Justin Bieber merchandise hits hot holiday toy lists
Toy developer Jay Foreman has carefully charted the rise of Justin Bieber on what he calls "the heat index."
First he spied the swooshy-haired 16-year-old singer cropping up in tiny photos in the corners of teen magazines. Then Foreman watched him take over entire pages with centerpiece spreads. When he heard late-night comics taking potshots at Bieber in their monologues, he knew it was time.
Justin Bieber was ready for a doll.
"I just know it when I see it, you know?" Foreman said. "That their personality can carry billions of dollars worth of this type of product really says incredible things about their appeal."
Foreman's company, the Bridge, placed a rush order this summer for roughly 1 million Bieber dolls to hit store shelves in time for the holiday season. Toys R Us predicted demand would be so great that it flew the dolls in from Asia, rather than wait for them to arrive by boat. The dolls landed in stores this month and sold out in some locations. The product is slated to become available at other retailers early next month.
"We've got the fever!" said Lisa Harnisch, a vice president at Toys R Us. "He tops all the Google trends. He dominates the Twitter chatter and has sold-out concerts. With this type of opportunity, we knew we wanted to capitalize on it."
Every year, there is intense competition for the elusive title of the hottest holiday toy. This year's contenders include Sing-a-Ma-Jigs, whimsical, colorful creatures that play music when squeezed. There's Paper Jamz, electric guitar look-alikes that play perfectly with just a touch. And the Kinect Xbox video game system is challenging the dominance of Nintendo's Wii.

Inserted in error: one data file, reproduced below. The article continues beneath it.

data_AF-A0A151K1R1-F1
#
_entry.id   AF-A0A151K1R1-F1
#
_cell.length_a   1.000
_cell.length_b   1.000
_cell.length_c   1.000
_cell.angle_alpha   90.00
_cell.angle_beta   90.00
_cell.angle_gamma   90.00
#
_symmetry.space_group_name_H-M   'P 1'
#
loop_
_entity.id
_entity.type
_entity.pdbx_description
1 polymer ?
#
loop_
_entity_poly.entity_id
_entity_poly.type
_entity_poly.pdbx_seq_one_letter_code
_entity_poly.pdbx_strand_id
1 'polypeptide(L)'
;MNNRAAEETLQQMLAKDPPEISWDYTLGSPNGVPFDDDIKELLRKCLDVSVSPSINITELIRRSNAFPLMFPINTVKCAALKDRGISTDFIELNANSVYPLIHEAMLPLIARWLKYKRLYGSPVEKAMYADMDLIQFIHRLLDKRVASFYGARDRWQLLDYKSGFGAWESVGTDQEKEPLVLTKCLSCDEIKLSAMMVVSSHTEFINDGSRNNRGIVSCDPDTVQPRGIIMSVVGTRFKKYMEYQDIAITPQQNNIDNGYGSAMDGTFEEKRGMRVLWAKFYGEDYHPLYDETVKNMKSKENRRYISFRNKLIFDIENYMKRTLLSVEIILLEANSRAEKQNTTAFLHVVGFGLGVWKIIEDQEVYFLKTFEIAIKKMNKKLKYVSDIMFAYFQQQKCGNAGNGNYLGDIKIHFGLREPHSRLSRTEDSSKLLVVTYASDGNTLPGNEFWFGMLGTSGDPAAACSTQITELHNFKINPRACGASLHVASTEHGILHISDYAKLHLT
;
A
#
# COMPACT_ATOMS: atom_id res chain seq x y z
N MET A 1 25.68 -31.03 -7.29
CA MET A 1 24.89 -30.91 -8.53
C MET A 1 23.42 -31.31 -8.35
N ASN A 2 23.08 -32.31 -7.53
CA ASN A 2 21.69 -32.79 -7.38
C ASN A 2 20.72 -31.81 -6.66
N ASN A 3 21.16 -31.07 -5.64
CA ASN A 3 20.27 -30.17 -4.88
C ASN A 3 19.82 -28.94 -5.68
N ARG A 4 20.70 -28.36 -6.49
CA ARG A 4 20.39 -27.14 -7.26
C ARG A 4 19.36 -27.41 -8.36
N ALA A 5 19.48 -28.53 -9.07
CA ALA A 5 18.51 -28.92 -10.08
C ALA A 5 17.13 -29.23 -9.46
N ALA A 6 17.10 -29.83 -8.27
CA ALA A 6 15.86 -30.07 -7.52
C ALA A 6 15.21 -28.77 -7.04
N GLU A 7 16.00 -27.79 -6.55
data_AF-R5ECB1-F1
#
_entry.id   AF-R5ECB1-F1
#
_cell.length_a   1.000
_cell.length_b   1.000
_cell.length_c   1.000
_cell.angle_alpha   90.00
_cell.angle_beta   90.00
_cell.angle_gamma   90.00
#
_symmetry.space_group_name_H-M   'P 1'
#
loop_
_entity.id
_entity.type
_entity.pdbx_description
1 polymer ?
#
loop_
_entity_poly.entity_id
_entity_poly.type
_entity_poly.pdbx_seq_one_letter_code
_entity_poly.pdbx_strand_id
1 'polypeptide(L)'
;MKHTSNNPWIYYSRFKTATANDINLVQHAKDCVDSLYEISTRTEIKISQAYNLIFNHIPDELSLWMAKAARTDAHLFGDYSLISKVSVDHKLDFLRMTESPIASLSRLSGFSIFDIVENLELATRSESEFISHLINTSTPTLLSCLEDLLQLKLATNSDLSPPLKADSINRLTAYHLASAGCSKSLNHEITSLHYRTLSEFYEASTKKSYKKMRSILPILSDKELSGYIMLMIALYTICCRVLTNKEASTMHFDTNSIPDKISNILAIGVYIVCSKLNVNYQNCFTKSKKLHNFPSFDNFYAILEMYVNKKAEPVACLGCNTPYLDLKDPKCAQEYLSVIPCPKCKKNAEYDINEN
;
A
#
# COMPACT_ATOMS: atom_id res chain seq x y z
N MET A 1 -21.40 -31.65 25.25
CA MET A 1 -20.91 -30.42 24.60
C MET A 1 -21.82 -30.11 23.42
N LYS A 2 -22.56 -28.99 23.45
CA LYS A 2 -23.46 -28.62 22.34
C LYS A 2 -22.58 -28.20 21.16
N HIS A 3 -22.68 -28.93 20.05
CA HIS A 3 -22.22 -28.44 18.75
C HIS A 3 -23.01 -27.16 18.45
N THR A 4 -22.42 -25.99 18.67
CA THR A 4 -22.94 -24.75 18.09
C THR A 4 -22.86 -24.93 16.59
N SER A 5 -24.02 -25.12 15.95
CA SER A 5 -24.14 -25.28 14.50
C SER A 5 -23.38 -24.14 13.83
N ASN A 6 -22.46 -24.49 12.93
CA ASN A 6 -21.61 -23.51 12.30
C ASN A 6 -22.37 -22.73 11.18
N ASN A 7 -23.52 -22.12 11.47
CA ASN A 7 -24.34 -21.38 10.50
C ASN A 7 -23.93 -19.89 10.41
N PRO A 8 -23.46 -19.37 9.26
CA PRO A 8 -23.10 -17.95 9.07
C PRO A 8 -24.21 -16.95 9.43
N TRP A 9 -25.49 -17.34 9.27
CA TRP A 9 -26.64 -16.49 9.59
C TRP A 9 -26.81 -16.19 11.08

But the Bieber doll requires no explanation or instruction manual. Few toys can inspire the fervor that he stirs in his fans. They have clicked endlessly on the YouTube videos of him singing around his house - in the bathroom, holding a toothbrush, wearing his jammies - that propelled him to stardom. They have listed "Bieber" as their middle names on Facebook and plastered their Twitter accounts with his photos.
"Omg there's a Justin bieber doll!!!!!?" tweeted a user named kim_luvs_JBiebs. "Another thing added to my Xmas list!!!!!!!!!!!"
Jennifer Lynch, 20, and her college roommate decorated their dorm room at Miami University in Ohio with Bieber posters and were recently awaiting shipment of his biography (heavy on photos, light on text) and a life-sized cardboard cutout. On Tuesdays, Lynch and her sorority sisters post Bieber news and notes on each other's Facebook walls as a pick-me-up.
Never mind that he's only 16 and Lynch is almost of legal drinking age. She is infected with Bieber Fever. Lynch estimates she has spent $100 on Bieber paraphernalia. That's not including the doll, which has a suggested retail price of $18 to $28. She's hoping it'll be under the Christmas tree this year.
"Yeah, he's younger," said Lynch, of Alexandria. "But it doesn't hinder our love for him."